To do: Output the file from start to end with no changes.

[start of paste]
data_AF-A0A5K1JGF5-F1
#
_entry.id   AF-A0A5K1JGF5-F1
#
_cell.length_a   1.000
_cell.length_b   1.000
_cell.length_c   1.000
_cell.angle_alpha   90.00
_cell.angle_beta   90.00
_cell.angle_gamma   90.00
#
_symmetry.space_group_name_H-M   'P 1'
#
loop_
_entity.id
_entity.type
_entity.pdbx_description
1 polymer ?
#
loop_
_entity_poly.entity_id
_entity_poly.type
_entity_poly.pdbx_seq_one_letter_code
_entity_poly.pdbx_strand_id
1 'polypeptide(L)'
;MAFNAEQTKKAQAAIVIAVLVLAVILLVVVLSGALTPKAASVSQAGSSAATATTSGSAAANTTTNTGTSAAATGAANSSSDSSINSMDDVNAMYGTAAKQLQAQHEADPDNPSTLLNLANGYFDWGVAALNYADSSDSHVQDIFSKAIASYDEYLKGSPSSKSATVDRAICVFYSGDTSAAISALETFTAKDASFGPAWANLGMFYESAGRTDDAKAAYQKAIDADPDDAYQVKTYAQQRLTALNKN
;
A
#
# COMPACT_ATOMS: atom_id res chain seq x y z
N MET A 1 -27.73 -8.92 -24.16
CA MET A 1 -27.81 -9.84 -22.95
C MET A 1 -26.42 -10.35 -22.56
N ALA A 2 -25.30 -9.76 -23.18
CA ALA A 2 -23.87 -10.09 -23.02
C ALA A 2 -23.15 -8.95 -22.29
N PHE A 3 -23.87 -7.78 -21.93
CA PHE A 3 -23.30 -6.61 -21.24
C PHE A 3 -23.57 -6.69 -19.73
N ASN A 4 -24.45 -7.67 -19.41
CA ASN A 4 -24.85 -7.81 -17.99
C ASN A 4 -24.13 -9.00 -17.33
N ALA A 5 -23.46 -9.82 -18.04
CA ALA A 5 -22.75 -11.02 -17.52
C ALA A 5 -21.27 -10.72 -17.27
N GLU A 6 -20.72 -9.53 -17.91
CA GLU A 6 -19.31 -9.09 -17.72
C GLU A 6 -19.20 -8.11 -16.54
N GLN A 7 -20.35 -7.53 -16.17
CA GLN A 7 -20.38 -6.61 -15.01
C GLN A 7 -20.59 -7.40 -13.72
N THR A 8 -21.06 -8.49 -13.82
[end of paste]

data_AF-A0A5K1JGF5-F1
#
_entry.id   AF-A0A5K1JGF5-F1
#
_cell.length_a   1.000
_cell.length_b   1.000
_cell.length_c   1.000
_cell.angle_alpha   90.00
_cell.angle_beta   90.00
_cell.angle_gamma   90.00
#
_symmetry.space_group_name_H-M   'P 1'
#
loop_
_entity.id
_entity.type
_entity.pdbx_description
1 polymer ?
#
loop_
_entity_poly.entity_id
_entity_poly.type
_entity_poly.pdbx_seq_one_letter_code
_entity_poly.pdbx_strand_id
1 'polypeptide(L)'
;MAFNAEQTKKAQAAIVIAVLVLAVILLVVVLSGALTPKAASVSQAGSSAATATTSGSAAANTTTNTGTSAAATGAANSSSDSSINSMDDVNAMYGTAAKQLQAQHEADPDNPSTLLNLANGYFDWGVAALNYADSSDSHVQDIFSKAIASYDEYLKGSPSSKSATVDRAICVFYSGDTSAAISALETFTAKDASFGPAWANLGMFYESAGRTDDAKAAYQKAIDADPDDAYQVKTYAQQRLTALNKN
;
A
#
# COMPACT_ATOMS: atom_id res chain seq x y z
N MET A 1 -27.73 -8.92 -24.16
CA MET A 1 -27.81 -9.84 -22.95
C MET A 1 -26.42 -10.35 -22.56
N ALA A 2 -25.30 -9.76 -23.18
CA ALA A 2 -23.87 -10.09 -23.02
C ALA A 2 -23.15 -8.95 -22.29
N PHE A 3 -23.87 -7.78 -21.93
CA PHE A 3 -23.30 -6.61 -21.24
C PHE A 3 -23.57 -6.69 -19.73
N ASN A 4 -24.45 -7.67 -19.41
CA ASN A 4 -24.85 -7.81 -17.99
C ASN A 4 -24.13 -9.00 -17.33
N ALA A 5 -23.46 -9.82 -18.04
CA ALA A 5 -22.75 -11.02 -17.52
C ALA A 5 -21.27 -10.72 -17.27
N GLU A 6 -20.72 -9.53 -17.91
CA GLU A 6 -19.31 -9.09 -17.72
C GLU A 6 -19.20 -8.11 -16.54
N GLN A 7 -20.35 -7.53 -16.17
CA GLN A 7 -20.38 -6.61 -15.01
C GLN A 7 -20.59 -7.40 -13.72
N THR A 8 -21.06 -8.49 -13.82